Sir Loreal Julie of Peacock Hill, ladies and gents.Kenji "Julie" Sawada
(born 1948) is a Japanese musician, actor and composer, best known to Americans for being in Mishima A Life In Four Chapters
. His claim to fame among Japanese is perhaps, according to many, such as SMAP
, with planting the seeds of the Visual Kei
movement. His manner of dress when he performed, his heavy use of makeup, and his tendency to not seperate his stage personality from his real one are all traits later adopted by most Visual Kei
groups. His band, the Tigers, were one of many attempts to cash in on the Beatles by Japanese record labels, his was the most successful, with composer Koichi Sugiyama (yes,that one
) giving much of their songs a very classical feel.. After the breakup of The Tigers, Sawada formed the Super Group
PYG, bringing together many of his former rivals as musicians and churning out three albums. He later began a very successful solo career and became apt to a Japanese David Bowie
, acting in many roles to this day.Probably not related to
of X and Loudness.
Tropes describing Kenji Sawada
- Alter Ego Acting: Somewhat of a type 3.
- Badass Beard: Sports one as of 2013.
- Bishōnen: Pretty much the one of the Ur Example of the androgynous lead singer in Japanese music.
- Breakup Breakout: After the Tigers broke up, Sawada launched a successful solo career, acted in many movies, picking up the moniker "Japan's David Bowie", and pretty much singlehandedly began what became the Visual Kei movement of music/fashion. Not bad huh?
- Camp Straight
- Cast Incest: Currently married to a fellow actress from the set of Tora-san: The Professional.
- Concept Album: The Tigers 1968 album "Human Renascence" was the first use of the trope in Japan.
- Cunning Linguist: Speaks Japanese, French, Italian and English fluently.
- Dude Looks Like a Lady: ESPECIALLY in the early 80s.
- Dye Hard: His hair has ranged from hot pink, to blonde, to silver.
- Genre Shift: Went thru many. His early solo work is best described as adult contemporary, while his late 70s, early 80s work is Hard Rock and Glam Rock.
- Germans Love David Hasselhoff: Both Sawada and The Tigers have a significant following in Europe, China, and to a much lesser extent North America.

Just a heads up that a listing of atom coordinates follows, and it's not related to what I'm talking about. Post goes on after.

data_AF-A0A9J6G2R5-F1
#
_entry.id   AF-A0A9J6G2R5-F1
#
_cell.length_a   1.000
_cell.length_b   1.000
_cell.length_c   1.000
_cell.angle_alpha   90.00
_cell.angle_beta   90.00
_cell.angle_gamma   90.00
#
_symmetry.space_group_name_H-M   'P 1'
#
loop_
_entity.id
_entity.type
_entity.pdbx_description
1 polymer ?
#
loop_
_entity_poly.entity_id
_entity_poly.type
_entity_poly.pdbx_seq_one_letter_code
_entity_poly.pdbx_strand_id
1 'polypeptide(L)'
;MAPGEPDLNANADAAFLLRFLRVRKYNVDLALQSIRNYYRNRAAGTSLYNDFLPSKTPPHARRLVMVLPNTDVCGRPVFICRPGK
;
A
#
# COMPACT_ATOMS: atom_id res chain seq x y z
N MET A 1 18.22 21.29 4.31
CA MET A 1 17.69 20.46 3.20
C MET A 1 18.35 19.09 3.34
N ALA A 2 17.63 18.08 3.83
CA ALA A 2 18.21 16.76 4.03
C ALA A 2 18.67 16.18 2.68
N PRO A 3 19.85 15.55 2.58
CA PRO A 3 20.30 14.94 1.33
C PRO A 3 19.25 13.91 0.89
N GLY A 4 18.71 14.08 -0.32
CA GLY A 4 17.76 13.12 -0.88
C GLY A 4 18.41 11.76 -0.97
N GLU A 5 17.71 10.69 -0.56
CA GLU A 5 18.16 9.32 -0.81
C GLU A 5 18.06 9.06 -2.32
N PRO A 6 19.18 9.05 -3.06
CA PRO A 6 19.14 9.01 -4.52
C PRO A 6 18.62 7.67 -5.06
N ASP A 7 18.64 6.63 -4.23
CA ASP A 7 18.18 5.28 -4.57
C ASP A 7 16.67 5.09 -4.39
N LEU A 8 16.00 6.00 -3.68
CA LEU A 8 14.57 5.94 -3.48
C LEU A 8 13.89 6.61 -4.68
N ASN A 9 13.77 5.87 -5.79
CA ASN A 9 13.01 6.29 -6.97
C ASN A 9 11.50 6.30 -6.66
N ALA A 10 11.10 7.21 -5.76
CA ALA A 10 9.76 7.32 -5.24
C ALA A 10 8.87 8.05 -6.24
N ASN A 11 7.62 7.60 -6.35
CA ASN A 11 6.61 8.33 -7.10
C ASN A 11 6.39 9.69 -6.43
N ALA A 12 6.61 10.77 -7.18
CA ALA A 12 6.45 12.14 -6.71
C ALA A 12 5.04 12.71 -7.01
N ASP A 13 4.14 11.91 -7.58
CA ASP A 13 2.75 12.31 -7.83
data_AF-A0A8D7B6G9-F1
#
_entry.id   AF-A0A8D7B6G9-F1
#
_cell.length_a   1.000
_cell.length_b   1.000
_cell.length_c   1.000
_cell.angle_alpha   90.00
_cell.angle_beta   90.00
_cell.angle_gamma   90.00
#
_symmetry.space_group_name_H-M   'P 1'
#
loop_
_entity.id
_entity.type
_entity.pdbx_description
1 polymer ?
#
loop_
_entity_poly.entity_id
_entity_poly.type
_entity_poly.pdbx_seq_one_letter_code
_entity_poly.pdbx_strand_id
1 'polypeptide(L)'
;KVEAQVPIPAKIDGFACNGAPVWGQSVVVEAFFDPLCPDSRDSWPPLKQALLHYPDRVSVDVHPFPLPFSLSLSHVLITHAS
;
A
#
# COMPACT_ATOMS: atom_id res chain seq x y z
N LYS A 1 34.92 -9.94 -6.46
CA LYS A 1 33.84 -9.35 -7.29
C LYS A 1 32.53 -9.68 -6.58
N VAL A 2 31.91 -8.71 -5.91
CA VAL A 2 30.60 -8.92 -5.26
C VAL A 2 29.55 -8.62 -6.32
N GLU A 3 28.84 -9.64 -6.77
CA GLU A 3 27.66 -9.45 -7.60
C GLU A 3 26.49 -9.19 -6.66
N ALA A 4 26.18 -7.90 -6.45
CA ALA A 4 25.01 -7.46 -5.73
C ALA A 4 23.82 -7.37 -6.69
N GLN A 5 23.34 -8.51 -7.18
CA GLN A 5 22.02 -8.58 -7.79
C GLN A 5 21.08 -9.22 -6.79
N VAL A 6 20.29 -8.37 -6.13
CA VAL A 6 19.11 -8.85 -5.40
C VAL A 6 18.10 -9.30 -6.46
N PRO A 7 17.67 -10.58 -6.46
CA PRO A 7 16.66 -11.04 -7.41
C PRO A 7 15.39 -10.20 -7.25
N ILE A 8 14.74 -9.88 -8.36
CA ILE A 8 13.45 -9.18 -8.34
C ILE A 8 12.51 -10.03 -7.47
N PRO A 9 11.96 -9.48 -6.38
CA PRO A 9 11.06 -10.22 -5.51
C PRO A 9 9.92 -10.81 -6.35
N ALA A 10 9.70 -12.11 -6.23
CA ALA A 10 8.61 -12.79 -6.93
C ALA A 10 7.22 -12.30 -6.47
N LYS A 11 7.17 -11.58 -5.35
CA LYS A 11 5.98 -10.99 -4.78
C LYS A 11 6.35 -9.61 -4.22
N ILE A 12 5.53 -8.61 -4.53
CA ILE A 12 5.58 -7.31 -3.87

- Ho Yay: Had a very subtext-laden photoshoot with Kazuya Yoshi of Yellow Monkey.
- I Am the Band: He largely carried his band The Tigers's success on his shoulders.
- Intercourse with You: STRIPPER, the title is self-explanatory, and the first live of it actually moved to watershed hours for NHK's 1981 New Years Eve show.
- Impossibly Cool Clothes: Sawada is a master of this. Look at his 2008 concert where her performs in an Indian chief outfit, for instance!
- Large Ham: He ALWAYS chews the scenery, just watch him in Samurai Reincarnation for a great example.
- Long Runner: First solo album was released in April 1969, his latest solo single was released spring 2013.
- Putting on the Reich: like Gackt and Malice Mizer, has been photographed in Third Reichesque outfits.
- Protest Song: "F.A.P.P" against nuclear power.
- Revolving Door Lineup: Most of Julies backing bands have been replaced within 5 years.
- Self-Titled Album: Several.
- Seinfeld Is Unfunny: To most people today, Kenji "Julie" Sawada's antics onstage seem mundane in the age of artists like Malice Mizer, Dir En Grey and the like, but at the time he was in his prime years(1975-1982), Sawada's onstage antics on songs like STRIPPER were considered darlingly sexual and flamboyant, and producer/bandmate Kunihiko Kase's invention of the term "Visual" to describe Sawada's onstage costuming and persona. This later was taken by Atsushi Sakurai and Yoshiki Hayashi and turned further into the Visual Kei movement.
- Singer Namedrop: "Julie My Love"
- Singer Songwriter
- Shout-Out: Jules "Julie" Deane in Neuromancer, an effete, androgynous smuggler in Japan who seems to be based on Kenji's persona.
- Atsushi Sakurai of Buck Tick cites Kenji Sawada as an influence upon the band's look.
- Something Completely Different: The Broken Earth, a Psychedelic Rock song on a Baroque Pop concept album which had little to do with the rest of the album's theme.
- Spiritual Successor: His modern equivalent could be considered Gackt, who like Sawada, found more sucess after the band he debuted in broke up, and has a gigantic acting resume.
- The Band Minus the Face: Sort of. After PYG split, most of the members including Tigers bassist Ittoku "Sally" Kishibe became Julie's backing band, the Takayuki Inoue Band until 1977, when he replaced them.
- Unbuilt Trope: Not only the costuming and makeup, but the very onstage act of Visual Kei vocalists can be traced to Sawada. Just watch any of his live performances and you'll see the same type of behavior later made famous internationally by vocalists such as Toshimitsu Deyama of X Japan, such as wildly expressive gesticulating and even outright showing sadness or other emotions onstage.
- Villain Protagonist: Tends to play these, and his natural charisma and good looks result in his characters becoming a Draco in Leather Pants more often than not.
- Vocal Evolution: Over time, his vocal register has deepened significantly, but not to the point where his older hits are unsingable.
Tropes describing The Tigers:
- Ascended Extra: Shiro Kishibe was originally musical advisor to Watanabe Productions, The Tigers's production company, and specifically told them to disband around the time Heavy Metal and Psychedelic Rock became big in the US, but ended up as the replacement for Katsumi "Toppo" Kahashi, ironically.